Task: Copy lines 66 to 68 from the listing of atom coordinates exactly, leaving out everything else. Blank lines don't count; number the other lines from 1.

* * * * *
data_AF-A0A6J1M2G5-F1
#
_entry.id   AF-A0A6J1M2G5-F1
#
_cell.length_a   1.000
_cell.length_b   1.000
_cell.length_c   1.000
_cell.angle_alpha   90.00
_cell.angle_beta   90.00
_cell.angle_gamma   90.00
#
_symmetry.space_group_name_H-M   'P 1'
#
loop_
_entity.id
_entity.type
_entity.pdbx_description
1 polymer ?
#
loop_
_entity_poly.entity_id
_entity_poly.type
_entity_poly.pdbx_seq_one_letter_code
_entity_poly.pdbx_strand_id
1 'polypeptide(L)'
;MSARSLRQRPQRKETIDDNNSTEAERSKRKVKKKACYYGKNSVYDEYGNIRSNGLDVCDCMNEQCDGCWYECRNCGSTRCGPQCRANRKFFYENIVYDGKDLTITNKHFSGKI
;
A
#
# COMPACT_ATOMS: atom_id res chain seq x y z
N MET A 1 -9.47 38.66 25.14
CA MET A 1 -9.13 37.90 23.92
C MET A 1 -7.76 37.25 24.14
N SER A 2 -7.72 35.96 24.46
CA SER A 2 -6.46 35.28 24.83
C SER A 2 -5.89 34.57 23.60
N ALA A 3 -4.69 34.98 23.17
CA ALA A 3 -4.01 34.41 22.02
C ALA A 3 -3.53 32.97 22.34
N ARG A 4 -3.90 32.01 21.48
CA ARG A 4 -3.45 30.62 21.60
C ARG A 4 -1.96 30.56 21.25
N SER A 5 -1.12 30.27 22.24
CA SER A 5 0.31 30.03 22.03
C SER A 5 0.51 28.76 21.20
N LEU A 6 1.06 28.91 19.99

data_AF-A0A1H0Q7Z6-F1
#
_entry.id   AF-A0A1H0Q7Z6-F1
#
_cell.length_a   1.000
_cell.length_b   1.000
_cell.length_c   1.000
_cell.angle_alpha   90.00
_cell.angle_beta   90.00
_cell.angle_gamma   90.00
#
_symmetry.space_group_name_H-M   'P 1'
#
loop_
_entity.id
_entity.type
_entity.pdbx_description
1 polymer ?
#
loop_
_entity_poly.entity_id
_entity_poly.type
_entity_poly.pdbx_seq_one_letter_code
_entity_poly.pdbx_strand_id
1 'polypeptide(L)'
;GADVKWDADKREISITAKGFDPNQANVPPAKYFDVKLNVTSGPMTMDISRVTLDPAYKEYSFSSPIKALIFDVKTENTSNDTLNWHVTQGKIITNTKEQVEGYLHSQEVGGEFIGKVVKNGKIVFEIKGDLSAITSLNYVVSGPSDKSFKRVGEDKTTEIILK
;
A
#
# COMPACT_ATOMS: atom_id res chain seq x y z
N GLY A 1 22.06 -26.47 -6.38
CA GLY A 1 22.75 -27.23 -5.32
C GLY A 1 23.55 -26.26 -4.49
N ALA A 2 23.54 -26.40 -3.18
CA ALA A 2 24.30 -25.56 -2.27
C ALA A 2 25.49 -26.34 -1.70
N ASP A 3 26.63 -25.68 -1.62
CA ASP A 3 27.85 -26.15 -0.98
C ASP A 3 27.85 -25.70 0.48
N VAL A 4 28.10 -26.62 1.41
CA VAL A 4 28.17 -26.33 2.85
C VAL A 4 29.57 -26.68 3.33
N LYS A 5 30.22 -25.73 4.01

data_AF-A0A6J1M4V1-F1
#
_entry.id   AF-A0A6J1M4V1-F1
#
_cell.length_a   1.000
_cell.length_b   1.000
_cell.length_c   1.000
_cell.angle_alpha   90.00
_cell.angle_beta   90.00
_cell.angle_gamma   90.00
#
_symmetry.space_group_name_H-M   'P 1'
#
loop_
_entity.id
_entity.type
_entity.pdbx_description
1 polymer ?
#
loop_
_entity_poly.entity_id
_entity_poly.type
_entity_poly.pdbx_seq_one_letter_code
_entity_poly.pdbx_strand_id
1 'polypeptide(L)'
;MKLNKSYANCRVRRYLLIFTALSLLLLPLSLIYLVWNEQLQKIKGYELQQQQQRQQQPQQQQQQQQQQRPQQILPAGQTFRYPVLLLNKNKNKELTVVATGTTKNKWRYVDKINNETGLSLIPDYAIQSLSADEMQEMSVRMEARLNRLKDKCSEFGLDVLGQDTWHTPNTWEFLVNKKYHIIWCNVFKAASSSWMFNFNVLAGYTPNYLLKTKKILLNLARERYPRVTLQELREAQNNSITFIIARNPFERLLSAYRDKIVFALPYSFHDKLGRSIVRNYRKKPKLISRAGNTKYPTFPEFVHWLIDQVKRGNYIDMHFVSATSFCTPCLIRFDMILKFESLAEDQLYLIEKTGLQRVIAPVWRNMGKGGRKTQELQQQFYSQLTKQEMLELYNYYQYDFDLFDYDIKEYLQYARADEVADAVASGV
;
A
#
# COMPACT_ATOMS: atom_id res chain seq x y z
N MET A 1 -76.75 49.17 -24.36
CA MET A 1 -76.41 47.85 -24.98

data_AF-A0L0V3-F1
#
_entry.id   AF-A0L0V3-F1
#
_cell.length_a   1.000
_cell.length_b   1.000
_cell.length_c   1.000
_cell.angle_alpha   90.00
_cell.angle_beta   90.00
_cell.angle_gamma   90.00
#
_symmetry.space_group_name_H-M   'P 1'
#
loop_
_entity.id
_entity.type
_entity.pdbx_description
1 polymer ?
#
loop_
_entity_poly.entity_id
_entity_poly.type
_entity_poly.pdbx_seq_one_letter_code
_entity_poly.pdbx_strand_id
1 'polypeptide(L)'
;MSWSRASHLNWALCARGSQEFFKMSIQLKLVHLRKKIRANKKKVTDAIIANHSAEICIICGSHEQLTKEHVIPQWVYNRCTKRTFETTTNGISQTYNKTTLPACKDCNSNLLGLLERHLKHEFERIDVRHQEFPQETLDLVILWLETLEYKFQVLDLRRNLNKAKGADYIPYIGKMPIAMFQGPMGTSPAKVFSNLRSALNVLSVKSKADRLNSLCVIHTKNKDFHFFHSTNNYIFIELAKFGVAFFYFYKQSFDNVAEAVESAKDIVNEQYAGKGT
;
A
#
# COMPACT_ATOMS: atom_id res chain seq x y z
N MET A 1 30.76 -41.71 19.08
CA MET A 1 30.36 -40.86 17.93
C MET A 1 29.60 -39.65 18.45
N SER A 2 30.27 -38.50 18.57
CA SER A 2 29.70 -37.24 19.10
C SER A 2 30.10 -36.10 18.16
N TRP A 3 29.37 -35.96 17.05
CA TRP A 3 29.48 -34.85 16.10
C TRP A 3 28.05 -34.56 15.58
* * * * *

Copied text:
loop_
_entity_poly.entity_id
_entity_poly.type